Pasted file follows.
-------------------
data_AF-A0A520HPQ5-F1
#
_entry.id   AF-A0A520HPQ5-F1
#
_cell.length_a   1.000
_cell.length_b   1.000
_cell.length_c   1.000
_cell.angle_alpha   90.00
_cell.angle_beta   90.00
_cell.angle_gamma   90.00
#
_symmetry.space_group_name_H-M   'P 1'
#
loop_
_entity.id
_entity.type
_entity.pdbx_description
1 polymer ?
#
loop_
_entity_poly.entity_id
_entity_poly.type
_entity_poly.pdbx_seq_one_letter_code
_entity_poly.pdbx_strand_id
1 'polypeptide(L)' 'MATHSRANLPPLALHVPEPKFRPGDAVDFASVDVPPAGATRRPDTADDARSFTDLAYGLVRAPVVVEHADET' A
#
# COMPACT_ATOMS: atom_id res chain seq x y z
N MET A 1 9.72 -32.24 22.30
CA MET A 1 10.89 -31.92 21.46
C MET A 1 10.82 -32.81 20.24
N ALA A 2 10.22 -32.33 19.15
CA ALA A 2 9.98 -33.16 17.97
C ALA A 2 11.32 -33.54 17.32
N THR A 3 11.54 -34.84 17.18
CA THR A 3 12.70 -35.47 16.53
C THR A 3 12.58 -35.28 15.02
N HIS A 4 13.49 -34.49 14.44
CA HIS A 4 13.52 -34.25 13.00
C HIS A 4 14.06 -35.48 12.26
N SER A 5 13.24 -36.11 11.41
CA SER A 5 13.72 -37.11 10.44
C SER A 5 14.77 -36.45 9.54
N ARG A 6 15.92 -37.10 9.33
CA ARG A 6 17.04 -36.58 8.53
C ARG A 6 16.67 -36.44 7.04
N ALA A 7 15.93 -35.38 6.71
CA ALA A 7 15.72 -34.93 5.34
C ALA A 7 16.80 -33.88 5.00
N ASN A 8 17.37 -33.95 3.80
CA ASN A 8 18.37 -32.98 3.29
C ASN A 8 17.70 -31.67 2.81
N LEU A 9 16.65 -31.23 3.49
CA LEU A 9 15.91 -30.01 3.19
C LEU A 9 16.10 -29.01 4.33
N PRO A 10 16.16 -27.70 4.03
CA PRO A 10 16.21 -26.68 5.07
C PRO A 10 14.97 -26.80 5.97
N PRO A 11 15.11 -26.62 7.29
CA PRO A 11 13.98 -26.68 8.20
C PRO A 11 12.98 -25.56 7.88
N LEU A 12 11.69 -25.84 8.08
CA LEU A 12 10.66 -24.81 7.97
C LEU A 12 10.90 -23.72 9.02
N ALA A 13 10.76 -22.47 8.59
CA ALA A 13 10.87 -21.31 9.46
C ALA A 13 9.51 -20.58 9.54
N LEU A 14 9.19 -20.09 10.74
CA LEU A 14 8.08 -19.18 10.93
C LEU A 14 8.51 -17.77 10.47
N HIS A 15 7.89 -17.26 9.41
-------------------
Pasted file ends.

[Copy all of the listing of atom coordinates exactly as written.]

data_AF-A0A520HPQ5-F1
#
_entry.id   AF-A0A520HPQ5-F1
#
_cell.length_a   1.000
_cell.length_b   1.000
_cell.length_c   1.000
_cell.angle_alpha   90.00
_cell.angle_beta   90.00
_cell.angle_gamma   90.00
#
_symmetry.space_group_name_H-M   'P 1'
#
loop_
_entity.id
_entity.type
_entity.pdbx_description
1 polymer ?
#
loop_
_entity_poly.entity_id
_entity_poly.type
_entity_poly.pdbx_seq_one_letter_code
_entity_poly.pdbx_strand_id
1 'polypeptide(L)' 'MATHSRANLPPLALHVPEPKFRPGDAVDFASVDVPPAGATRRPDTADDARSFTDLAYGLVRAPVVVEHADET' A
#
# COMPACT_ATOMS: atom_id res chain seq x y z
N MET A 1 9.72 -32.24 22.30
CA MET A 1 10.89 -31.92 21.46
C MET A 1 10.82 -32.81 20.24
N ALA A 2 10.22 -32.33 19.15
CA ALA A 2 9.98 -33.16 17.97
C ALA A 2 11.32 -33.54 17.32
N THR A 3 11.54 -34.84 17.18
CA THR A 3 12.70 -35.47 16.53
C THR A 3 12.58 -35.28 15.02
N HIS A 4 13.49 -34.49 14.44
CA HIS A 4 13.52 -34.25 13.00
C HIS A 4 14.06 -35.48 12.26
N SER A 5 13.24 -36.11 11.41
CA SER A 5 13.72 -37.11 10.44
C SER A 5 14.77 -36.45 9.54
N ARG A 6 15.92 -37.10 9.33
CA ARG A 6 17.04 -36.58 8.53
C ARG A 6 16.67 -36.44 7.04
N ALA A 7 15.93 -35.38 6.71
CA ALA A 7 15.72 -34.93 5.34
C ALA A 7 16.80 -33.88 5.00
N ASN A 8 17.37 -33.95 3.80
CA ASN A 8 18.37 -32.98 3.29
C ASN A 8 17.70 -31.67 2.81
N LEU A 9 16.65 -31.23 3.49
CA LEU A 9 15.91 -30.01 3.19
C LEU A 9 16.10 -29.01 4.33
N PRO A 10 16.16 -27.70 4.03
CA PRO A 10 16.21 -26.68 5.07
C PRO A 10 14.97 -26.80 5.97
N PRO A 11 15.11 -26.62 7.29
CA PRO A 11 13.98 -26.68 8.20
C PRO A 11 12.98 -25.56 7.88
N LEU A 12 11.69 -25.84 8.08
CA LEU A 12 10.66 -24.81 7.97
C LEU A 12 10.90 -23.72 9.02
N ALA A 13 10.76 -22.47 8.59
CA ALA A 13 10.87 -21.31 9.46
C ALA A 13 9.51 -20.58 9.54
N LEU A 14 9.19 -20.09 10.74
CA LEU A 14 8.08 -19.18 10.93
C LEU A 14 8.51 -17.77 10.47
N HIS A 15 7.89 -17.26 9.41